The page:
William Valler died in 1824 (buried 19 September at St George the Martyr, Middlesex) leaving Jane a widow with young children. Place of abode at that time New North Street, London. As stated earlier his widow then remarried.
The marriage between John Hudson and Jane Valler took place in the Parish of St Mary, Lambeth, County of Surrey on 31 December 1833. Witnesses were Thos. Hudson and Jas. Longman Gawler (2nd name is possibly an official).
St Mary Church, Lambeth, London, England
IMAGE ON LEFT: Print by Thomas Shephard (From family-tree.co.uk website)
A daughter - Ann Owen HUDSON was born to John HUDSON and his new wife Jane (previously VALLER nee Williams) on 27/4/1834, she was baptized 19/10/1834, Parish of St Pancras, County of Middlesex. Little did John know at the time that it would not be long before he would depart to meet his maker. John Hudson, hairdresser, died at noon on 12/10/1837 at 24 Southampton Street, Somers Town, County of Middlesex. He was 37 and died of a Bowel Complaint. Informant was his wife Jane Hudson of 24 Southampton Street, Somers Town.
The death of her husband and two sons no doubt led to Jane making the decision to emigrate to Australia.
The trip to Australia in 1838 was thus undertaken by Jane in the company of her 19 year old son William Roope and daughters Jane 18 and Sarah Elizabeth 15 from her first marriage as well as her step-son James aged 6 and 4 year old daughter Ann Owen.
The Pike Douglas Index to the Register of Emigrant Labourers Applying for free Passage to S/A 1836-1841 shows: Application No. 2754 Embarkation No. 1501 Date 17/7/1838, Hudson Jane - Dairywoman, Arrival date - 26/12/1838 Address 9 Wood St. St Pancras, ship "PRINCE GEORGE" Widow 39yrs - Children M 6yrs F 4yrs Agent: Superintendent of Emigration. This was also the address given by William, Jane and Sarah Valler.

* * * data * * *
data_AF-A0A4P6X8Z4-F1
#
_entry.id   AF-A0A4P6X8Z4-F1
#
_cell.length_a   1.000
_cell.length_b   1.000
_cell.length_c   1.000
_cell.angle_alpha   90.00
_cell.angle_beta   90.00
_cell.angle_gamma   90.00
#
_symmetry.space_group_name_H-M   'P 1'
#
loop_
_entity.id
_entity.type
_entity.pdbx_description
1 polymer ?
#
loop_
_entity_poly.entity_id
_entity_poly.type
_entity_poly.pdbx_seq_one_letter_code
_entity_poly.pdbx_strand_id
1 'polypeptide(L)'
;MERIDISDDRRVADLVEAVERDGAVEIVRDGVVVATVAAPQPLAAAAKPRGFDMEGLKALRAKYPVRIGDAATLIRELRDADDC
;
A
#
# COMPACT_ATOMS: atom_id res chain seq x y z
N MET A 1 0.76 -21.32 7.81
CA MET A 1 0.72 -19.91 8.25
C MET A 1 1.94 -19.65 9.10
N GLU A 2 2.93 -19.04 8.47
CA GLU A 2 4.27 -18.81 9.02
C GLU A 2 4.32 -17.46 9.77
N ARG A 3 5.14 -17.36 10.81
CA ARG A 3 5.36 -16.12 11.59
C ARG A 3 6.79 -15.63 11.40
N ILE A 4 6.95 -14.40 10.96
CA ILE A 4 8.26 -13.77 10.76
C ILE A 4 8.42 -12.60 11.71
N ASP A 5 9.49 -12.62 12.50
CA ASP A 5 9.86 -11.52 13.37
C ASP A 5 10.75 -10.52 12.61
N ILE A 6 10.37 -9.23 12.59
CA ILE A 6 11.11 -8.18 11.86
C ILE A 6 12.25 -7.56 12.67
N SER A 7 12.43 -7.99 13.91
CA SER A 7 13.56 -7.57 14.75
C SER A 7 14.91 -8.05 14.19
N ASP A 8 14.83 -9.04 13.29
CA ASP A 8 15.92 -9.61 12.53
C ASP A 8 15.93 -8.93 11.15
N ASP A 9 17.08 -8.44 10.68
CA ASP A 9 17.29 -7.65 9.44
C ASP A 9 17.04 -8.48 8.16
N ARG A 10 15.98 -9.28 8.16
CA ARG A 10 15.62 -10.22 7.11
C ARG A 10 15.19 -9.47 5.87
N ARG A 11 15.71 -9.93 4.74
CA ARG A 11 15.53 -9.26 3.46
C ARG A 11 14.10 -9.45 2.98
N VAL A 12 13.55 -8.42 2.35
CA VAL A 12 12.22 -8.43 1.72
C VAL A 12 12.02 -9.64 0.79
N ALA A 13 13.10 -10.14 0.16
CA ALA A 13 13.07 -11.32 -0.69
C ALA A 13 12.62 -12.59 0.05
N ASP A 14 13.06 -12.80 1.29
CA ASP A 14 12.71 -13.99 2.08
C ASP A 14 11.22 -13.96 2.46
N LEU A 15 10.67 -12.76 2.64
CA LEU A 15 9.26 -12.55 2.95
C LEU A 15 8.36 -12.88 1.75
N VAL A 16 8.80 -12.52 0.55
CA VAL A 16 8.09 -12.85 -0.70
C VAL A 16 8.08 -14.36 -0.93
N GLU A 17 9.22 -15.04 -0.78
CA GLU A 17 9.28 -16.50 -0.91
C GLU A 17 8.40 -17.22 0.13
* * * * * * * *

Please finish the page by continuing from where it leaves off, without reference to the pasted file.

(A search of the 1841 UK census for people living at 9 Wood St., St Pancras does not reveal any details of interest at this stage although there is a Sushanah Hudson aged 65, Milliner, not of the London Parish. There are no street numbers so this entry may have no bearing whatsoever).
Four months after their arrival in Adelaide, on 21/4/1839 - Jane Hudson of St Pancras, London remarried in the Holy Trinity Church, Adelaide to William West, Seaman, of Ramsgate, Kent - Rev. Charles Beaumont Howard officiated. Witnesses to the Marriage were Stephen and Emma Hedgecock who also arrived on the ship "PRINCE GEORGE". Of the 4 signatories, Jane was the only one who was literate.
To date no births of children to Jane and William West have been located in South Australia, NSW, Vic. or Tasmania. Nor has a substantiated death for Jane or William been located in those same states.
Mention has been made by a researcher in the past that the "patriarch" of the Valler family was in some way involved with the sea or ships, and took his family to Tasmania, settling in Ross. Knowing that both John Hudson (hairdresser) and William Valler (gold beater) were both deceased by the time Jane Hudson, William Roope, Jane and Sarah Elizabeth Valler plus James and Ann Owen Hudson made the journey from UK to Australia - it is quite possible that Jane's 3rd husband William West may have been this "patriarch". It is almost taken for granted that all of the Valler and Hudson children would have viewed him as their father or at the least, step-father, so it is feasible that he could be that person.
Time will tell....hopefully! Research is ongoing - so check back often for updates.